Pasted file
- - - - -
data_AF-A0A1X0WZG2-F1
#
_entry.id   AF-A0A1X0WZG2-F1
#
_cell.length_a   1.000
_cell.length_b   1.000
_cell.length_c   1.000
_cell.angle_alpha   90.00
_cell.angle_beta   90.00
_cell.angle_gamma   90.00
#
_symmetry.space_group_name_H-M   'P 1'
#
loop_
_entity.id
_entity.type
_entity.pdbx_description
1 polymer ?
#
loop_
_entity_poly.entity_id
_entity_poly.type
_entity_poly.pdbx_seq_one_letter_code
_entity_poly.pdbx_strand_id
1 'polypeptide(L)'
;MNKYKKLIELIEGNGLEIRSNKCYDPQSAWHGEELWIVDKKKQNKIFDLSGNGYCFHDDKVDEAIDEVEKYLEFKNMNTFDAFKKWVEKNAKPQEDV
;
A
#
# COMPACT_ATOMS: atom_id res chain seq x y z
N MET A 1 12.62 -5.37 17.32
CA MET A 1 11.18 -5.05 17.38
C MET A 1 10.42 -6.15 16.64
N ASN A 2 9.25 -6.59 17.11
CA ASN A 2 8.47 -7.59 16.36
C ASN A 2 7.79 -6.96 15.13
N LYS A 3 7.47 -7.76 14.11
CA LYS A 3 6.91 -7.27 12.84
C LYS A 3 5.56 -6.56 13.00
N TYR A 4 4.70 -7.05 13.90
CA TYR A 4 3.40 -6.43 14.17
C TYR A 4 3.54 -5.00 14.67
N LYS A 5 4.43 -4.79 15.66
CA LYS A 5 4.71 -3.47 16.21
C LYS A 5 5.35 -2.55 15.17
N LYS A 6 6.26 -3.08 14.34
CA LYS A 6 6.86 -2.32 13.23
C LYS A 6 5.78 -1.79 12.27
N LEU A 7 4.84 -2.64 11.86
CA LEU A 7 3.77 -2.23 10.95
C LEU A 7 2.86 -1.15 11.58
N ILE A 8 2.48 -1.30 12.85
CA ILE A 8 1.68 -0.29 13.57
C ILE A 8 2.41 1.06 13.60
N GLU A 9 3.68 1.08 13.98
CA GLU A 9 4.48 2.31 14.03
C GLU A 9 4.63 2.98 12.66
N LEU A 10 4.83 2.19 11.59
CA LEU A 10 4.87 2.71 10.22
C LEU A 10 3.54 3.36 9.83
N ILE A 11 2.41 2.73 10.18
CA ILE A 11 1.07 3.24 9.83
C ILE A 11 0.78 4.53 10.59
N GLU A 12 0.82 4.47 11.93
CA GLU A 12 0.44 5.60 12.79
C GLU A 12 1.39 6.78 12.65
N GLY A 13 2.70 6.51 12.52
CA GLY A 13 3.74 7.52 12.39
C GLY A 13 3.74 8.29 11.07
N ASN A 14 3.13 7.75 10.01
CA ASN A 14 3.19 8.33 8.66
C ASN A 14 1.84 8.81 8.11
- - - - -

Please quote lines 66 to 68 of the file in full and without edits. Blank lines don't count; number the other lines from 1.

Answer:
C GLU A 12 1.39 6.78 12.65
N GLY A 13 2.70 6.51 12.52
CA GLY A 13 3.74 7.52 12.39